According to the California Association of Realtors, higher wages and lower seasonal home prices combined to push California housing affordability higher in the first quarter of 2016, compared to the previous quarter. Affordability was flat when compared to the previous year as rising home price offset income gains.
The percentage of home buyers who could afford to purchase a median-priced, existing single-family home in California in first-quarter 2016 rose to 34 percent from the 30 percent recorded in the fourth quarter of 2015 and was unchanged from first-quarter 2015, according to C.A.R.'s Traditional Housing Affordability Index (HAI). This is the 12th consecutive quarter that the index has been below 40 percent and is near the mid-2008 low level of 29 percent. California's housing affordability index hit a peak of 56 percent in the first quarter of 2012.
C.A.R.'s HAI measures the percentage of all households that can afford to purchase a median-priced, single-family home in California. C.A.R. also reports affordability indices for regions and select counties within the state. The Index is considered the most fundamental measure of housing well-being for home buyers in the state.
Home buyers needed to earn a minimum annual income of $92,571 to qualify for the purchase of a $465,280 statewide median-priced, existing single-family home in the first quarter of 2016. The monthly payment, including taxes and insurance on a 30-year, fixed-rate loan, would be $2,314, assuming a 20 percent down payment and an effective composite interest rate of 4.01 percent. The effective composite interest rate in fourth-quarter 2015 was 4.07 percent and 3.97 percent in the first quarter of 2015.
The median home price was $483,810 in fourth-quarter 2015, and an annual income of $96,790 was needed to purchase a home at that price.
Condominiums and townhomes were also more affordable compared to the previous quarter. Forty-one percent of California households earned the minimum income to qualify for the purchase of a condominium or townhome in the first quarter of 2016, up from 39 percent from the last quarter of 2015. An annual income of $77,575 was required to make monthly payments of $1,939.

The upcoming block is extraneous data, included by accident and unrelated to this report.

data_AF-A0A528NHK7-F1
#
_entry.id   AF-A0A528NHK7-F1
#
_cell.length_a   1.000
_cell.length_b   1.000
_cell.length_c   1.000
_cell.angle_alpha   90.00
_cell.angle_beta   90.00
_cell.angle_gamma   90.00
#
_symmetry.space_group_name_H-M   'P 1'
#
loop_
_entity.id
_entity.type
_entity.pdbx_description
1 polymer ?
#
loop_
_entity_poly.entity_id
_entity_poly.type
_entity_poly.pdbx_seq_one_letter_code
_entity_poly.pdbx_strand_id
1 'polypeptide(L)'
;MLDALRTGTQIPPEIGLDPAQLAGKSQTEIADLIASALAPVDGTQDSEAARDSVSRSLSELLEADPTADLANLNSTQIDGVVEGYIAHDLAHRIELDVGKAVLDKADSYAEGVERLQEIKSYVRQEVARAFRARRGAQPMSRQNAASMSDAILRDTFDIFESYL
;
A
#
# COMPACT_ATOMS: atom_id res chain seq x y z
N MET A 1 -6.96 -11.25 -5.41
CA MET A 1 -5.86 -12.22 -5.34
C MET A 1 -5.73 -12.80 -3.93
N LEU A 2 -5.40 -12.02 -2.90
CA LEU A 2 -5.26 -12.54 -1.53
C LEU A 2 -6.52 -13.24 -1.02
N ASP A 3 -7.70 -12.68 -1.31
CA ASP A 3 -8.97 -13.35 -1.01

Key points from the first-quarter 2016 Housing Affordability report include:
Thirty-four percent of California households could afford to purchase the $465,280 median-priced home in the first quarter, up from 30 percent in fourth-quarter 2015 and unchanged from 34 percent in first-quarter 2015.
A minimum annual income of $92,571 was needed to make monthly payments of $2,314, including principal, interest, and taxes on a 30-year fixed-rate mortgage at 4.01 percent interest rate.
Forty-one percent of home buyers were able to purchase the $389,910 median-priced condo or townhome. An annual income of $77,575 was required to make a monthly payment of $1,939.
Compared to affordability in fourth-quarter 2015, 22 of 29 counties tracked saw an improvement in housing affordability, three experienced declines, and four were unchanged.
Affordability improved greatly in the Bay Area, with eight of nine counties seeing an improvement. Southern California, Central Coast, and the Central Valley also saw higher affordability, compared to the previous quarter.
Housing affordability in Southern California improved from the previous quarter in every county, with Los Angeles, Ventura, and San Diego counties leading the way.
During the first quarter of 2016, the five most affordable counties in California were Kings (58 percent), San Bernardino (57 percent), Merced (55 percent), and Kern (55 percent).
San Francisco (13 percent), San Mateo (16 percent), and Santa Cruz (18 percent) counties were the least affordable areas of the state.